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  1. keannu's Avatar
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    #1

    He has come vs He came

    I wonder what feeling native speakers have about "present perfect".
    For many non-nativer speakers, present perfect feels as "past action", but as I learned in wikepedia, I guess it describes "the current state" of the subject. However, I really wonder if they feel the same way as the website describes.
    For example, 1 means his "present state" is "he is here" after coming here, while 2 is focused on his past action.

    1.He has come here.
    2.He came here.

    Do they focus on present state or past state or both when they speak or hear present perfect?

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    #2

    Re: He has come vs He came

    Sentence 1 means:

    He came here (past action) and he is (still) here now (present state).

  2. 5jj's Avatar
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    #3

    Re: He has come vs He came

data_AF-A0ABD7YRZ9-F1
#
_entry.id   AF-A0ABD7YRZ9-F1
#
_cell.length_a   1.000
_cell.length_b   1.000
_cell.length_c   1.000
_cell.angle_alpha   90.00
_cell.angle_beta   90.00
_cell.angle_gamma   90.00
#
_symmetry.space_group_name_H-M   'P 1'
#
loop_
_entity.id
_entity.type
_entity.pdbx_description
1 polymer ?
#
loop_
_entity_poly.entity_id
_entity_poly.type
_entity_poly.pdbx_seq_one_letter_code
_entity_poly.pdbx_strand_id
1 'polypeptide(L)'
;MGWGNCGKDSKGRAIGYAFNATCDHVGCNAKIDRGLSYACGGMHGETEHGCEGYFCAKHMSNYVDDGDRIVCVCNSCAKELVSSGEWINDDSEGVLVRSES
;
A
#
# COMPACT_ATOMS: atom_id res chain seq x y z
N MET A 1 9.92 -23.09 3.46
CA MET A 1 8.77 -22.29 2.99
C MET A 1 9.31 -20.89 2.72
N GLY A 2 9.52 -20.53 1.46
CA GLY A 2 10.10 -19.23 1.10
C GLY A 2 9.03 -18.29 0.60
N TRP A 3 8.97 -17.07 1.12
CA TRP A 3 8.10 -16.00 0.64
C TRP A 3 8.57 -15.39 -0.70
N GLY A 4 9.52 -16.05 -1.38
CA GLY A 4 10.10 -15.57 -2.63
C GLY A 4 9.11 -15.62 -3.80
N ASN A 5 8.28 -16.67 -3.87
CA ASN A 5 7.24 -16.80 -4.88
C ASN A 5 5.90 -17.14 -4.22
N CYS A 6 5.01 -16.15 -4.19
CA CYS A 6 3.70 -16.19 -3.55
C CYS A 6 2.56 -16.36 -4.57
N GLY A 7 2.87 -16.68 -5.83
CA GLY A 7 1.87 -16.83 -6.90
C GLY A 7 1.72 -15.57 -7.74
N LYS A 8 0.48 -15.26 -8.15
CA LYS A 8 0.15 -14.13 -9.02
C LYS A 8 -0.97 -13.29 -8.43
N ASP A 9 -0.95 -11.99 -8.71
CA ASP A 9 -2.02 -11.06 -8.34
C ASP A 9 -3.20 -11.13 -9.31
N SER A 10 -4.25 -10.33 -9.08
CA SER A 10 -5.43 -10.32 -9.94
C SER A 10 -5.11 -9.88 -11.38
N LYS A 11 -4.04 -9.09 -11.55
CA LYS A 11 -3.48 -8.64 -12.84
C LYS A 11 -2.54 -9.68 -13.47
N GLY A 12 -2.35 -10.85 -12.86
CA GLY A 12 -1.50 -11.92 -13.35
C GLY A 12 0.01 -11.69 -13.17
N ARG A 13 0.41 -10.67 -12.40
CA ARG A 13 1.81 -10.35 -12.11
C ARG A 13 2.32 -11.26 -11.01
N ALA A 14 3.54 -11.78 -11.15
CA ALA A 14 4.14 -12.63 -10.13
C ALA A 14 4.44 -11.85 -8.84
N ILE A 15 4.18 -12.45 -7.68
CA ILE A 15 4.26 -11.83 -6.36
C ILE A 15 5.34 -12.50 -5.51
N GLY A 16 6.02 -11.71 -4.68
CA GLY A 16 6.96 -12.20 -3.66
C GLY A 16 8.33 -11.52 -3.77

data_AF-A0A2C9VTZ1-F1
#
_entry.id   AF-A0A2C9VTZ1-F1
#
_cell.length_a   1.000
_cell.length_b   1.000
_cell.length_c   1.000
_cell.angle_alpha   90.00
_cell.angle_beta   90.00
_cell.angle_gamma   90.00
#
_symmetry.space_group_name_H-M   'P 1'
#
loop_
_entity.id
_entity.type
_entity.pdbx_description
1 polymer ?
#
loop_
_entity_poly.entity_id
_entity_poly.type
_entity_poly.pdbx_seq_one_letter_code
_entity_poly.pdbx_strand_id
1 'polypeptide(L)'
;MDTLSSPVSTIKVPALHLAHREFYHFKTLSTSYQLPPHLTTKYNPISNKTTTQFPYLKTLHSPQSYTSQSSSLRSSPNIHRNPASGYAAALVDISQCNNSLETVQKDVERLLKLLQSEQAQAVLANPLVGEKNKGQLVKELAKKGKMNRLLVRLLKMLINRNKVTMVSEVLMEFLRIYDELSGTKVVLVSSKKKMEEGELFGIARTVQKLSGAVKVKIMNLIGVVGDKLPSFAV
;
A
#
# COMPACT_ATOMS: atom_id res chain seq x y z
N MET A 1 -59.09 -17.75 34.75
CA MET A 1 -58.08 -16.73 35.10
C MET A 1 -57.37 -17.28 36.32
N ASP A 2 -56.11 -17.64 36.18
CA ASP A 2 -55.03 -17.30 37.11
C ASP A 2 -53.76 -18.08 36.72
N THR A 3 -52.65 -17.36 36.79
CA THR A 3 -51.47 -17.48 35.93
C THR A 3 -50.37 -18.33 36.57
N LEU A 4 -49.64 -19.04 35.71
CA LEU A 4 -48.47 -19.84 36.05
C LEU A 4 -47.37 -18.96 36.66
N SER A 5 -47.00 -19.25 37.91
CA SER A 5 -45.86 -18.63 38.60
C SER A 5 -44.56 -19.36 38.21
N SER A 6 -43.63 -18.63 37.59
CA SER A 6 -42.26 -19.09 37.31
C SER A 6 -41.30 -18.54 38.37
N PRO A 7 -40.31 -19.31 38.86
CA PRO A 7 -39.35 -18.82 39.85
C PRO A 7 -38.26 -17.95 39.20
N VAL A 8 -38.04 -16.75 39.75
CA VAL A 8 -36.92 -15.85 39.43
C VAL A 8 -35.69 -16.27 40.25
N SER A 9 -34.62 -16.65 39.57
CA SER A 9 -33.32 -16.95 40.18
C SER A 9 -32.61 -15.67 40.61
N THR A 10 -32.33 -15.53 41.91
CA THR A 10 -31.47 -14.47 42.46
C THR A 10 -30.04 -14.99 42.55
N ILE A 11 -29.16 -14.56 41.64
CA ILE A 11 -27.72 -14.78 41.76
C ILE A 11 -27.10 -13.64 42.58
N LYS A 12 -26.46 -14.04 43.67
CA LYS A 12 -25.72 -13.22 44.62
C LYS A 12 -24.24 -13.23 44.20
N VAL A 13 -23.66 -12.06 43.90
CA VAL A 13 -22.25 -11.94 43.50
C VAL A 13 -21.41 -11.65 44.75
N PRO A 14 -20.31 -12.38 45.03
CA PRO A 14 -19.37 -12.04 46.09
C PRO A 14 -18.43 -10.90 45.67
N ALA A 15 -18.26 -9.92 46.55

Quote Originally Posted by keannu View Post
    I wonder what feeling native speakers have about "present perfect".
    It would be impossible to consider all the implications of the present perfect in one post - or even one thread.

    As an over-simplification, we can say there is always some idea of a state or action that happened, or at least began, in the past and has relevance in some way to the present.

  3. keannu's Avatar
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    #4

    Re: He has come vs He came

    It's not that simple.
    As I learned from wikipedia definition,
    Present perfect is used when the subject is talked about in the present, while simple past tense's subject is talked about in the past.

    He has come - His present state of coming is emphasized.

    I really want to know if native speakers have that feeling when saying present perfect!

  4. Raymott's Avatar
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    #5

    Re: He has come vs He came

    Quote Originally Posted by keannu View Post
    It's not that simple.
    As I learned from wikipedia definition,
    Present perfect is used when the subject is talked about in the present, while simple past tense's subject is talked about in the past.

    He has come - His present state of coming is emphasized.

    I really want to know if native speakers have that feeling when saying present perfect!
    Yes, we do. That's what the present perfect means. It's a present tense which describes a present state dependent upon a past action.
    But there are exceptions.

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